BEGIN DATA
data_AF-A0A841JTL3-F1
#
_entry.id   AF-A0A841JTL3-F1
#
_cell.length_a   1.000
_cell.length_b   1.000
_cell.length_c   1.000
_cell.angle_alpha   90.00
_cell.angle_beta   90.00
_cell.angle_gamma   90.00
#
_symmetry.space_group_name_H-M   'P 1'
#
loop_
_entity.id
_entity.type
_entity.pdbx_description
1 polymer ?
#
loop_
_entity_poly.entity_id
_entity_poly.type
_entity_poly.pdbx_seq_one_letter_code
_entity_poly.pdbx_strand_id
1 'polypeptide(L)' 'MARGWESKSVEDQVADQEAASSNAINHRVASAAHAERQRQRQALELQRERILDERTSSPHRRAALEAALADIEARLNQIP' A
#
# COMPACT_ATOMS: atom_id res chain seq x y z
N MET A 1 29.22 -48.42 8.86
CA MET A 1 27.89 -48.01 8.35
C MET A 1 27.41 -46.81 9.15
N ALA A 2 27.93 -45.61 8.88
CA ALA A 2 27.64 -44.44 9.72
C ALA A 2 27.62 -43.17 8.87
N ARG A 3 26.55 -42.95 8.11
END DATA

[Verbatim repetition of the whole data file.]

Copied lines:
data_AF-A0A841JTL3-F1
#
_entry.id   AF-A0A841JTL3-F1
#
_cell.length_a   1.000
_cell.length_b   1.000
_cell.length_c   1.000
_cell.angle_alpha   90.00
_cell.angle_beta   90.00
_cell.angle_gamma   90.00
#
_symmetry.space_group_name_H-M   'P 1'
#
loop_
_entity.id
_entity.type
_entity.pdbx_description
1 polymer ?
#
loop_
_entity_poly.entity_id
_entity_poly.type
_entity_poly.pdbx_seq_one_letter_code
_entity_poly.pdbx_strand_id
1 'polypeptide(L)' 'MARGWESKSVEDQVADQEAASSNAINHRVASAAHAERQRQRQALELQRERILDERTSSPHRRAALEAALADIEARLNQIP' A
#
# COMPACT_ATOMS: atom_id res chain seq x y z
N MET A 1 29.22 -48.42 8.86
CA MET A 1 27.89 -48.01 8.35
C MET A 1 27.41 -46.81 9.15
N ALA A 2 27.93 -45.61 8.88
CA ALA A 2 27.64 -44.44 9.72
C ALA A 2 27.62 -43.17 8.87
N ARG A 3 26.55 -42.95 8.11